Waite titled her lecture “Exiles and Expatriates: Modern Women and States of Unbelonging”, and I am interested in how Waite conceives of a lack of recognition within the canon as an almost physical state of untethering. Waite then cited American feminist art historian Linda Nochlin’s observation that “exile has often provided stimulation and inspiration to the painter; especially the woman artist who finds herself freed from the conventional boundaries of feminine identity in her country of origin.”6 However, as Waite points out, while mentioning the practice of Scales, “living abroad also estranged women artists from their national art history,” creating a state of “unbelonging.”7


Two pages from Untitled [Loose Leaf Pages] [BC112] titled 'Les pères de peinture moderne' by Boris Kalachnikoff

In my own art practice, I work with a fabricated, historical artist named Florence Weir. She has a somewhat transient, expatriate existence, and this has several consequences. Living and working abroad is a naturalistic biographical device for her construction, reflecting many women artists from Aotearoa whom Waite, in her lecture, said, “had to leave to learn their trade, and Paris and London were where one went to learn how to be an artist in the company of one’s peers.”8 Florence reflects broader ideas about the construction of transient subjects, and notions of belonging, exile and nationalism. Her being away, being elsewhere, accounts on one level for her lost art-historical presence, but it also critiques it, and aims to draw attention to other overlooked names such as Flora Scales.9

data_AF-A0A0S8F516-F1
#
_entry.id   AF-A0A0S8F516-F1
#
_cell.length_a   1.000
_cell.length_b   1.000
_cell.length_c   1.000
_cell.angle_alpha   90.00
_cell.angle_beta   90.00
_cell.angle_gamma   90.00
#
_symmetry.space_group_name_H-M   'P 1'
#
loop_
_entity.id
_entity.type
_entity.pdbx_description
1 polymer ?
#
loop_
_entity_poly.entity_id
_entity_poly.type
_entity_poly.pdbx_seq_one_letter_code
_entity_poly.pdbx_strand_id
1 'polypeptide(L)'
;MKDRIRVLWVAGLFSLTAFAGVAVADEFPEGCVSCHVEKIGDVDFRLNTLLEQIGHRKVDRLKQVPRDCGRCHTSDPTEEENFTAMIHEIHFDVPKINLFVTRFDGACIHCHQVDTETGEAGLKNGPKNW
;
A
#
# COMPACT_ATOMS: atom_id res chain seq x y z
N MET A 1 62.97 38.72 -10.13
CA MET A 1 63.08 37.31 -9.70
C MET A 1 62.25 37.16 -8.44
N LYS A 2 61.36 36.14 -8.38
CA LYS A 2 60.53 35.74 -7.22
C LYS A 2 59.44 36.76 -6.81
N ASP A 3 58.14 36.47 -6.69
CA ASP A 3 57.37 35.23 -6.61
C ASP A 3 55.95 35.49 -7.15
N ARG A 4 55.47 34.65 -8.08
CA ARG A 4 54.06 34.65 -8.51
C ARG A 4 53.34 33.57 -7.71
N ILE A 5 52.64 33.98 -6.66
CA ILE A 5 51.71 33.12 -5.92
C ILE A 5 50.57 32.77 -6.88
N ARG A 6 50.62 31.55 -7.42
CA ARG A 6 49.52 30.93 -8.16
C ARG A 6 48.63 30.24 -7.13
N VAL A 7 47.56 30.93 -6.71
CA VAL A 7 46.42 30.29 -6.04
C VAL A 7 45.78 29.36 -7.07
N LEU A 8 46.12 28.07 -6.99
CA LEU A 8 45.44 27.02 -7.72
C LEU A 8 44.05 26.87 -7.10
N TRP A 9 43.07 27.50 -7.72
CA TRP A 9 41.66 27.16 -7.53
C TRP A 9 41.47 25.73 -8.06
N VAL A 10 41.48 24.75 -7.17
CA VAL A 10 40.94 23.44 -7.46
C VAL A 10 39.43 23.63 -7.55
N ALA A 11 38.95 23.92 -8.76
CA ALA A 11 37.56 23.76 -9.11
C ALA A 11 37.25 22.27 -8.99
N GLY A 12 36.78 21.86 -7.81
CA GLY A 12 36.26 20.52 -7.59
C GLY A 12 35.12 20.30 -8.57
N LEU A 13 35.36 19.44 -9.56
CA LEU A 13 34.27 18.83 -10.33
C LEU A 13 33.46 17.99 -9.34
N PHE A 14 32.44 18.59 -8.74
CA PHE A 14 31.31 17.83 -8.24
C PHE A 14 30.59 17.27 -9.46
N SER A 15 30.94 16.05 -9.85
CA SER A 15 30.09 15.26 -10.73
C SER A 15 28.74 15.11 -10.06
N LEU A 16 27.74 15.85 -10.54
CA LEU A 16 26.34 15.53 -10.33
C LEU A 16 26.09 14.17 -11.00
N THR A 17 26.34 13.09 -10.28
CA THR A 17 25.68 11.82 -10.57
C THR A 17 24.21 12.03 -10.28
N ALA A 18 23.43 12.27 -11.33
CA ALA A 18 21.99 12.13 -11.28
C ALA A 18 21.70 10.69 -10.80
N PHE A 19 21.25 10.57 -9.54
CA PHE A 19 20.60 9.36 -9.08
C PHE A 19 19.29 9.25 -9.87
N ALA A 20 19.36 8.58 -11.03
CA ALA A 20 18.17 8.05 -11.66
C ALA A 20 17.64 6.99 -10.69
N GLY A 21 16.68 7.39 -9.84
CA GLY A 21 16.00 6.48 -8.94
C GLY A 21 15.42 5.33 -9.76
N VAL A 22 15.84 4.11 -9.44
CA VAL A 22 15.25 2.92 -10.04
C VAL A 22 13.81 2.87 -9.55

Florence Weir is often in two places at once, sometimes at home, sometimes abroad. I feel that Flora's life has this quality too. Florence’s invented life and work is intentionally murky: timeframes often do not add up and timelines overlap. My project resists urges to ‘solidify’ and ‘pinpoint’ a seamless narrative, or a neat timeline, acknowledging instead that histories are fragmented, messy, leaky: they are often inconsistent. Yet with Flora, I keep returning to the timeline, the tempo of her life, piecing together her movements, the places she returned to. It isn’t that I desire a chronology, a linear narrative, or to work it all out. But it is compelling to absorb this remarkable life noted out across dates and locations.